Modern Engineering Practice: A Reference Library..., Volume 8

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American School of Correspondence, 1906 - Engineering
 

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Page 355 - Flags of the proper color must be used by day and lamps of the proper color by night or whenever from fog or other cause, the day signals cannot be clearly seen.
Page 202 - ... place and may result in a permanent distortion of the divided arc, thus destroying the accuracy of the sextant. The horizon glass should be perpendicular to the plane of the sextant, as should the index glass, also. The line of sight of the telescope should be parallel to the plane of the instrument. If there were no index error, the zero or first graduation on the scale should coincide with the first mark on the vernier. Index error is common, and can...
Page 323 - Fig. 3 shows the arrangement of the cylinders in relation to the valve. The valve employed to distribute the steam to the cylinders is of the piston type, working in a cylindrical steam-chest located in the saddle of the cylinder casting between the cylinders and the smoke-box, and as close to the cylinders as convenience wiil permit.
Page 209 - ... mean sun" which moves in a uniform rate along the equator. This is called mean solar time. The difference between mean and apparent time is called the equation of time. To convert apparent time into mean time, take from the Nautical Almanac the equation of time and add it or subtract it according to the direction given at the column. The equation of time is sometimes defined as a quantity to be added algebraically to apparent time to get mean time.
Page 371 - ... from the rear of his train, and he must remain there until recalled by the whistle of his engine ; but if a passenger train is due within ten minutes, he must remain until it arrives. When he comes in, he will remove the torpedo nearest to the train, but the two torpedoes must be left on the rail as a caution signal to any following train.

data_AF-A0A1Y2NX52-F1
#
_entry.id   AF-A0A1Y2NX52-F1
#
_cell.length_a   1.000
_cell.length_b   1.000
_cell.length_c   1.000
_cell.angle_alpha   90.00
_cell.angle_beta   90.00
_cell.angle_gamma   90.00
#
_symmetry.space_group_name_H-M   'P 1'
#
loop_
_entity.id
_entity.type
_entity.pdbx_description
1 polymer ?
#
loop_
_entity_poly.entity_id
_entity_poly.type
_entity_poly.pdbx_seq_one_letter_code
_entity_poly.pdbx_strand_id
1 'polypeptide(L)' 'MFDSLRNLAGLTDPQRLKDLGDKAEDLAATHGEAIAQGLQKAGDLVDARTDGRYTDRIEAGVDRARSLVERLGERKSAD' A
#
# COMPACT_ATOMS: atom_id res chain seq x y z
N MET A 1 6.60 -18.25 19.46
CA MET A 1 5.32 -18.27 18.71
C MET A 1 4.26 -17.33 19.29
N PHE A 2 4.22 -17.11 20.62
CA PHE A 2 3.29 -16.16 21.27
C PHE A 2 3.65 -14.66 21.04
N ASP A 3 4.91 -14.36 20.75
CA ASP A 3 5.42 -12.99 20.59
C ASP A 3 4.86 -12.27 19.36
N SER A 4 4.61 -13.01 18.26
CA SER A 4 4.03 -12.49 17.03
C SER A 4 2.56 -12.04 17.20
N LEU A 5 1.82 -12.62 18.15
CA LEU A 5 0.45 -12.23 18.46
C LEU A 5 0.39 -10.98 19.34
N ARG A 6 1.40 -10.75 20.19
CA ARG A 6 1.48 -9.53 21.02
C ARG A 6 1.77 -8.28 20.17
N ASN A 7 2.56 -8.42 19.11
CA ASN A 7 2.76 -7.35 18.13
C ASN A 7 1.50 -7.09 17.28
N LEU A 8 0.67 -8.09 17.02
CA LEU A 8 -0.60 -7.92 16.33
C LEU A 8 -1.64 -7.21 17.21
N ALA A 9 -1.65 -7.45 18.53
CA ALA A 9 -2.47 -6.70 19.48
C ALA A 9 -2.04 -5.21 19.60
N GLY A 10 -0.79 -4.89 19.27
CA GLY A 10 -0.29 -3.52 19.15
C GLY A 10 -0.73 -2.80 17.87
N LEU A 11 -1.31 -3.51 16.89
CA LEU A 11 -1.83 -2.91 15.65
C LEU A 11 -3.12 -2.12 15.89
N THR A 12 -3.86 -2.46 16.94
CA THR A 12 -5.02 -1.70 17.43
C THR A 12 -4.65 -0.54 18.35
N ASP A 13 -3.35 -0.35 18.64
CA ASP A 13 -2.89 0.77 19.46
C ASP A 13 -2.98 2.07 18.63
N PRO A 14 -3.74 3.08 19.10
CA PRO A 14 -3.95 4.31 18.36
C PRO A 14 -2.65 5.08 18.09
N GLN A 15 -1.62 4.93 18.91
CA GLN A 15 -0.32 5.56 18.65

Page 375 - Conductors and enginemen will be held equally responsible for the violation of any of the rules governing the safety of their trains and they must take every precaution for the protection of their trains, even if not provided for by the rules. 121. In all cases of doubt or uncertainty take the safe course and run no risks.
Page 330 - ... the wheels have broad grooved tires a foot or so in width that are adapted to running upon a track formed of logs placed end to end. The other is known as the Shay locomotive and is fitted to run on ordinary rails. Such an engine is shown in Fig.
Page 146 - However the water is a yielding medium and for this reason the pressure of the blades causes the water acted on to be driven back instead of remaining firm. Then the actual speed of the ship (when referred to the undisturbed water at a slight distance from the ship) is less than the speed of the screw. This difference is called slip. Slip is the difference between the speed of the screw and the speed of the ship, relative to still water. It is expressed in feet per minute and as a per cent, of the...
Page 323 - ... smoke-box, and as close to the cylinders as convenience will permit. As the steam-chest must have the necessary steam passages cast in it and dressed accurately to the required sizes, the main passages in the cylinder casting leading thereto are cast wider than the finished ports. The steam-chest is bored out enough larger than the diameter of the valve to permit the use of a hard cast iron bushing (Fig.
Page 335 - Suppose, for example, that 5,000 feet of 1 per cent, grade were so situated that trains could approach it at speed. The total rise of the grade would be 50 feet, but of that 15 feet could be overcome by the energy of the train, leaving 35 feet that the train must be raised by the engine. A grade in which the rise is 35 feet in 5,000 would be a 0.7 per cent, grade, so that if the engine could exert sufficient force to overcome the train resistance and that due to a 0.7 per cent, grade, the train could...

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